back to article Mozilla grants distrusted Symantec certs a stay of execution, claims many sites yet to make switch

Mozilla has postponed its plans to distrust all legacy digital certificates from Symantec, spreading dismay in security circles. The org has put off the disavowal because many well-trafficked websites have not switched – despite the execution notice going up over a year ago. Ordinary surfers will notice it once Chrome 70 lands …

  1. stiine
    FAIL

    Who, and how much?

    I want to know who got the bribe and how much they got. At this point, there's no reason to extend it.

  2. Dan 55 Silver badge

    Re: Who, and how much?

    I guess they're trying to hang on to users. Firefox Quantium seems to have made some monthly active users move somewhere else. There was a summer slump that never went back up. Odd that...

  3. ivan5

    Re: Who, and how much?

    There is to some extent. Think of us poor buggers that have to use legacy equipment that all the latest and greatest browsers don't work on.

    It gets damn anoying to have to carry a tablet around just to visit the sites that have changes over.

  4. Peter2 Silver badge

    Re: Who, and how much?

    I guess they're trying to hang on to users. Firefox Quantium seems to have made some monthly active users move somewhere else. There was a summer slump that never went back up. Odd that...

    I'm one of those users. I was involuntarily upgraded to the new Quantum browser from the ESR release of Firefox. The new browser had loads of UI changes somebody probably thought would be a good idea to shove down my throat without a choice or method of reversion, while also deciding that I wouldn't actually want any of the extensions i'd got installed.

    I had a quick look around and discovered that nobody had produced an extension to restore the UI of the browser back to how it looked previously. Having had my browser changed with the elimination of my preferences yet again with no way of actually restoring it this time, I decided that after ~14 years it was time to switch browsers since Mozilla has evidently been taking instruction from Microsoft as to how to forcefully cram increasingly broken bloatware down the throats of the users and ignore the feedback (ie. screams of protest)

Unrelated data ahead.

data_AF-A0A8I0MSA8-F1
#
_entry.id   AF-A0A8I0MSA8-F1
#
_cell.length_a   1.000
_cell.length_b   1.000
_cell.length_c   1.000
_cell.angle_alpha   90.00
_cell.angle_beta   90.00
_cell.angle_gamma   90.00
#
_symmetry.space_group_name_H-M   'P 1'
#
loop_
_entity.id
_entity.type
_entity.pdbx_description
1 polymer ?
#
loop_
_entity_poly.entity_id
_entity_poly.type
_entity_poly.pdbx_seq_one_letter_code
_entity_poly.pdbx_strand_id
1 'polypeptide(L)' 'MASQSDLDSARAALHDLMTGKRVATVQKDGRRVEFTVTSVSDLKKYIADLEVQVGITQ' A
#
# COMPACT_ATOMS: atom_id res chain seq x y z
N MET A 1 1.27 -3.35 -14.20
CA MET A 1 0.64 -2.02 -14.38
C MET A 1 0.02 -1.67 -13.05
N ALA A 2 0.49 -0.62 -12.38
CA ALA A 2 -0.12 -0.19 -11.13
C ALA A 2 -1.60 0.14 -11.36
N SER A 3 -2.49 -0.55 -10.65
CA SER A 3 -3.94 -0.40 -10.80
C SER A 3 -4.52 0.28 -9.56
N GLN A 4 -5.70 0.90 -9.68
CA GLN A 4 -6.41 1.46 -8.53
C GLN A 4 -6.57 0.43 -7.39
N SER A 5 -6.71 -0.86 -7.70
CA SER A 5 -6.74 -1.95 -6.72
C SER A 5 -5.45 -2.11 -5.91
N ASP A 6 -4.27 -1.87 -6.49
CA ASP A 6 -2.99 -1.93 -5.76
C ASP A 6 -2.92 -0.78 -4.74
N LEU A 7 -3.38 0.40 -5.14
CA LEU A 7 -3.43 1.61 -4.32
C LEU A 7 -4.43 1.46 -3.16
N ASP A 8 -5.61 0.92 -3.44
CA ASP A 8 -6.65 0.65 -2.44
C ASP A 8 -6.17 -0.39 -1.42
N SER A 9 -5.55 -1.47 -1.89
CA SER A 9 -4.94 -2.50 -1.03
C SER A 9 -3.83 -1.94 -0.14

Deciding that I probably wouldn't be the only person this unhappy with the status quo led me to check for forks of Firefox that keep up with security updates but don't leave me without a working web browser every 6 weeks. After trying a few alternatives I decided I quite like Pale Moon, and have been using it since without any regrets since.

    The developers for it port the security updates to their codebase, but leave everything else alone. I'm quite happy with this as are family, friends and it has the benefit of not needing to do such major QA for updates as Firefox did at work. Better all round.

  5. Zippy´s Sausage Factory

    Re: Who, and how much?

    @peter2 That's one of the main reasons that I switched to Pale Moon. It's not getting enough traction in my opinion, but it's a very nice alternative to Firefox that deserves a look.

  6. JohnFen Silver badge

    Re: Who, and how much?

    Yes, me too. The new Firefox just isn't for me.

  7. Spazturtle Silver badge

    Re: Who, and how much?

    LOL Pale Moon, have you also disabled your anti virus and opened all ports?

    If you like Pale Moon I have another web browser you might like, it is called Internet Explorer 6.

    "The developers for it port the security updates to their codebase,"

    If you believe they actually port security updates then I have a bridge to sell you,